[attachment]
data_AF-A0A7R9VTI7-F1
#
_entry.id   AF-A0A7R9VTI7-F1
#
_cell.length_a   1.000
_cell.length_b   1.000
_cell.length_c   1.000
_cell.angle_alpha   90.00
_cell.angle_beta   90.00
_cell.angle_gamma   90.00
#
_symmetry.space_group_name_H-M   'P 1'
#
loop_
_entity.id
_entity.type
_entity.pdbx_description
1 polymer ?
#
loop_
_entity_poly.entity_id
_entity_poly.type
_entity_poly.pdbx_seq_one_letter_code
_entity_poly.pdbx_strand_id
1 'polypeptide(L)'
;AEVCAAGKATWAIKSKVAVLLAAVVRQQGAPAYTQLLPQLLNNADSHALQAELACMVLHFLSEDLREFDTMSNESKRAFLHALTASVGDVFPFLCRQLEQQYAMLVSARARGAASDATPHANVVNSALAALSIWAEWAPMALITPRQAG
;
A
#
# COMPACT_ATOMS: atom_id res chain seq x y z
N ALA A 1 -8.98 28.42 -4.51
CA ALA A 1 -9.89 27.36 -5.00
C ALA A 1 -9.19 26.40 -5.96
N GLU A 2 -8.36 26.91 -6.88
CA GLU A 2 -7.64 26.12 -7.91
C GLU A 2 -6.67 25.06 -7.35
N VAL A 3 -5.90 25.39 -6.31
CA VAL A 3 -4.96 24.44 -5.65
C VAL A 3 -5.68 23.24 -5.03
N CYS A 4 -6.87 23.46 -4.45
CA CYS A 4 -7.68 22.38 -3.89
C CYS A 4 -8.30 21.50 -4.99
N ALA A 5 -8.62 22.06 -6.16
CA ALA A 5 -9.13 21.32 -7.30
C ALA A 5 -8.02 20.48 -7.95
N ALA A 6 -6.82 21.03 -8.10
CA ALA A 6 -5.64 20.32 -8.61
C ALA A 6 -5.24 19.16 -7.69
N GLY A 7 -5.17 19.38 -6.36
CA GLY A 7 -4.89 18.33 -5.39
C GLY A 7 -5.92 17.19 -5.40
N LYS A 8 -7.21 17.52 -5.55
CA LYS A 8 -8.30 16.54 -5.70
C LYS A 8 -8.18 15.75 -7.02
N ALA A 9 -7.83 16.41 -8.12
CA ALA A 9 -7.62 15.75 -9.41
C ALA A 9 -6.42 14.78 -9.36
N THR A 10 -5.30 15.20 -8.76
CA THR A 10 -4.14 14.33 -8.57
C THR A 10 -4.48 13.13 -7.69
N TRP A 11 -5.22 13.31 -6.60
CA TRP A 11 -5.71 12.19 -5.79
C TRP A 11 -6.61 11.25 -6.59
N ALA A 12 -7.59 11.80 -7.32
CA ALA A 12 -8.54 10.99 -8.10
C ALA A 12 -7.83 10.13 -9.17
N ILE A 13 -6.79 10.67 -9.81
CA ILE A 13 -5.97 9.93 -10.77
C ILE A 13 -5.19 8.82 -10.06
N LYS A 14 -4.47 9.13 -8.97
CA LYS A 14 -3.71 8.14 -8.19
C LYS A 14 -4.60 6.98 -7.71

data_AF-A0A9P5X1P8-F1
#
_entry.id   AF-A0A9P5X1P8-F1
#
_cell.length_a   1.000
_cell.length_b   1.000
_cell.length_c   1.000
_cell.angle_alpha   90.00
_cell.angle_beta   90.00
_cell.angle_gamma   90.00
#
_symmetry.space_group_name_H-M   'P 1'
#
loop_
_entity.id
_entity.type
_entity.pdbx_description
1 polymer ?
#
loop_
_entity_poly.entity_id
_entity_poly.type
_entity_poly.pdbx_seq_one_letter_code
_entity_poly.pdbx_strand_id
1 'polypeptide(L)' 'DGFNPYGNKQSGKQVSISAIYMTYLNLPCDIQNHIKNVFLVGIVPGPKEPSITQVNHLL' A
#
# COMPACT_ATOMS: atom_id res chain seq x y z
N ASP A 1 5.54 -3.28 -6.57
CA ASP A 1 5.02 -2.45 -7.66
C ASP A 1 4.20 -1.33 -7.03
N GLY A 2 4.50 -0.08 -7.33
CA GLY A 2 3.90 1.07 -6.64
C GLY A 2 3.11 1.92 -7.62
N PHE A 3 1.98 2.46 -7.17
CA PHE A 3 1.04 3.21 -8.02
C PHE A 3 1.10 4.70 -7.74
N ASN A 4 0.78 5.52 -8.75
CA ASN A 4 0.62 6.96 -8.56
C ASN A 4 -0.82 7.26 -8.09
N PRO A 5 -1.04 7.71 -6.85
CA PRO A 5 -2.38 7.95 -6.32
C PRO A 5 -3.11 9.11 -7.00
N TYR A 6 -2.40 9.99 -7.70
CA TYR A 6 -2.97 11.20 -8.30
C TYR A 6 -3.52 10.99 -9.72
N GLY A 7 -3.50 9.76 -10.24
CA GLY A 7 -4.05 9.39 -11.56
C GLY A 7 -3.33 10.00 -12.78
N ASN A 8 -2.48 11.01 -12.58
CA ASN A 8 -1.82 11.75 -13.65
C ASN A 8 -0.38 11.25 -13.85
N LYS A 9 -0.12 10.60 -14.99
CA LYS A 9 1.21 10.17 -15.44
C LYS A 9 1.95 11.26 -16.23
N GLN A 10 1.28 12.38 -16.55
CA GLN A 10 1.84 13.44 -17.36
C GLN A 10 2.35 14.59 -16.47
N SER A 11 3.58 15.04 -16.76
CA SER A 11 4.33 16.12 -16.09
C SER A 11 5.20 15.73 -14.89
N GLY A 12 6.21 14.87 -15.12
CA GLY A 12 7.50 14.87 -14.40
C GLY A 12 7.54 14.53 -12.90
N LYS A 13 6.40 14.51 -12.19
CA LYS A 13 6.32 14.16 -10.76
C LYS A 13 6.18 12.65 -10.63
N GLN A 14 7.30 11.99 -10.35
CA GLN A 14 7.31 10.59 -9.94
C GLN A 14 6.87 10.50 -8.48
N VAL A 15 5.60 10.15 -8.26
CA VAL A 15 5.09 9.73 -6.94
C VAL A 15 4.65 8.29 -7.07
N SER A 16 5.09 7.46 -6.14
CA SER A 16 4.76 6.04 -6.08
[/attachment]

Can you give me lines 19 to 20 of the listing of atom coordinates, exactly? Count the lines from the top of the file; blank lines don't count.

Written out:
#
loop_